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HindustanTimes Sun,31 Aug 2014

Winter second most deadly killer among natural disasters

Chetan Chauhan, Hindustan Times  New Delhi, December 22, 2013
First Published: 16:13 IST(22/12/2013) | Last Updated: 16:16 IST(22/12/2013)

Government data says winters are the second biggest cause for deaths due to natural disasters in India, next only to lightning.


 
Between 2002 and 2012, as many as 10,740 people died from exposure to cold and avalanche, while lightning claimed 27,338.
 
On an average, 826 people in India died every year in this period because of harsh winters. An increasing trend in deaths was reported after 2007.
 
A possible reason could be the cooling trend in winter temperatures in north-western and southern India.
 
A Central Statistical Organisation (Cso) report, which is based on Indian Meteorological Department’s (Imd’s) temperature data since 1901, said a cooling trend was visible in the two regions.
 
But, it said surface temperatures needed to be recorded on "long term basis at different climatic zones" to reach a firm conclusion.
 
IMD data says the minimum temperature in 1901 for India was between 14.16 degrees Celsius and 16.5 degrees Celsuis from October to February, the months when winters prevail in India, especially in the Himalayan region.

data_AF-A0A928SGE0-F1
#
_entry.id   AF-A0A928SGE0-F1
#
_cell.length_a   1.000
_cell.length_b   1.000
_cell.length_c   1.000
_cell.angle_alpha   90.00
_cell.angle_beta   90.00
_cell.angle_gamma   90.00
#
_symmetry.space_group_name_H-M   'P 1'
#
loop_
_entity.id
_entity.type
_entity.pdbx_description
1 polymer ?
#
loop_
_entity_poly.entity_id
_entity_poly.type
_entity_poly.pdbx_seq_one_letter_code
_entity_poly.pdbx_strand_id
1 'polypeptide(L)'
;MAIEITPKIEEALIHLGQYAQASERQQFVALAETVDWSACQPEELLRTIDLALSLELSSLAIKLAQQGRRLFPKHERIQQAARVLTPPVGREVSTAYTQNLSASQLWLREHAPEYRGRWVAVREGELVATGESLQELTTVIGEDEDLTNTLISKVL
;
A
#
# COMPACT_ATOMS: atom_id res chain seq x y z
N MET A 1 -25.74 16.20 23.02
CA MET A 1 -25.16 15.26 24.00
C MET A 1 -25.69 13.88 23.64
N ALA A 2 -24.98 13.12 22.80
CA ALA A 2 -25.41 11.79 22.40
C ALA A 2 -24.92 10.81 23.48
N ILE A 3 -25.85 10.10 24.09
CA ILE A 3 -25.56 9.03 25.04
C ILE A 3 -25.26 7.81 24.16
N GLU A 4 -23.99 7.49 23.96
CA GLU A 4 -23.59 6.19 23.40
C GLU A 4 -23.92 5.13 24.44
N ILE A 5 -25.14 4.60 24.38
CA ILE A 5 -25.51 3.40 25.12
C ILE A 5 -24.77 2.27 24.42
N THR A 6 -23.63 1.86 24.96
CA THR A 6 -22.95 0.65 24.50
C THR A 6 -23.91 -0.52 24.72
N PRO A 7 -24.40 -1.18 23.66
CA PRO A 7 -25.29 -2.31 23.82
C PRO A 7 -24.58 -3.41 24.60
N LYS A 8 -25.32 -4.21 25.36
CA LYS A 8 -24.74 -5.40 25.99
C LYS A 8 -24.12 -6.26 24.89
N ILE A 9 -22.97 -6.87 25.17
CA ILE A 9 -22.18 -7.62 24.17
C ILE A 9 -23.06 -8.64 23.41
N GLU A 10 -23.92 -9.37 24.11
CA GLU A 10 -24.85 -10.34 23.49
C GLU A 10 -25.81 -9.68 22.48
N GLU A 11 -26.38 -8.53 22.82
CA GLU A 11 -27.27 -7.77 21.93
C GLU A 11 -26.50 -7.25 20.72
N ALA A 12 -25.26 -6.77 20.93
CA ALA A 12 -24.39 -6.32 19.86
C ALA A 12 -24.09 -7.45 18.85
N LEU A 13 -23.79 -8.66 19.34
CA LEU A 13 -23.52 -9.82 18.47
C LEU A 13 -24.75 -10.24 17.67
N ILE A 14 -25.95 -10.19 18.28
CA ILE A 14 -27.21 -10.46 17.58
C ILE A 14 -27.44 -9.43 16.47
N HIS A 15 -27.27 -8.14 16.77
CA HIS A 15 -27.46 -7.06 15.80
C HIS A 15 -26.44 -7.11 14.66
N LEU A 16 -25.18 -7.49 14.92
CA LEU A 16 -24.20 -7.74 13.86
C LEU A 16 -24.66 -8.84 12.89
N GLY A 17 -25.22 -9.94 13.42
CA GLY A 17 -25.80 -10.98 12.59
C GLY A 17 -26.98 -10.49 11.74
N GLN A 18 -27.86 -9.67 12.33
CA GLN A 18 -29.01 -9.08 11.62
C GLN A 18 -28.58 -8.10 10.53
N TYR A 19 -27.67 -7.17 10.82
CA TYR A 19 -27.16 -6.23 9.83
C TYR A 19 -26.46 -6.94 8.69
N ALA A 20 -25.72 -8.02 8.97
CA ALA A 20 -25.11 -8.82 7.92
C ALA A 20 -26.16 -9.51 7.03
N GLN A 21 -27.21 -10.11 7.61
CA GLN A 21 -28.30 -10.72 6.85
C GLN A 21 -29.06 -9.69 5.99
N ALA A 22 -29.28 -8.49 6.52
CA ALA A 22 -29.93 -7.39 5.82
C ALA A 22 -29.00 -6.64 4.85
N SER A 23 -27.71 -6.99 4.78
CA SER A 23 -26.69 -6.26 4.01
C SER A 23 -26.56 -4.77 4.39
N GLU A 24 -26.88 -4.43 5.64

In 2012, the minimum temperature ranged from 13.8 degrees Celsius to 16.4 degrees Celsius in the same period.
 
A look at the recent past shows direct co-relation between fall in minimum temperatures and winter deaths.
 
As many as 1,037 people died from exposure to cold and avalanche in 2012, when the minimum temperature fell to 13.68 degrees Celsius — lowest since 2001.
 
Similarly, high deaths were reported in 2008 and 2002, when the minimum temperature for the country fell below 14 degrees Celsius.
 
"The deaths are higher in plains of India where a large number of poor are not equipped to deal with sweeping wintry conditions emanating from snow-laden peaks in the north," said an Imd official.
 
There is no national scheme to provide assistance to the state governments to provide warm shelters to the poor during winter months, the official added.
 
The data made available by the Cso in its report on ‘Statistics Related to Climate Change’ showed that altogether 87,329 people died due to natural disasters between 2000 and 2012.
 
Around 31% of them died due to lightning, which is not considered a major natural disaster. The third biggest reason are floods, which claimed about 10,533 between 2000 and 2012, the report said.
 
Nature’s fury
 
Total deaths (2000-12): 87,329

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Major causes

Lightning: 27,338
Cold and avalanche: 10,740
Flood: 10,553
Heat stroke: 5,550
Landslide: 4,285


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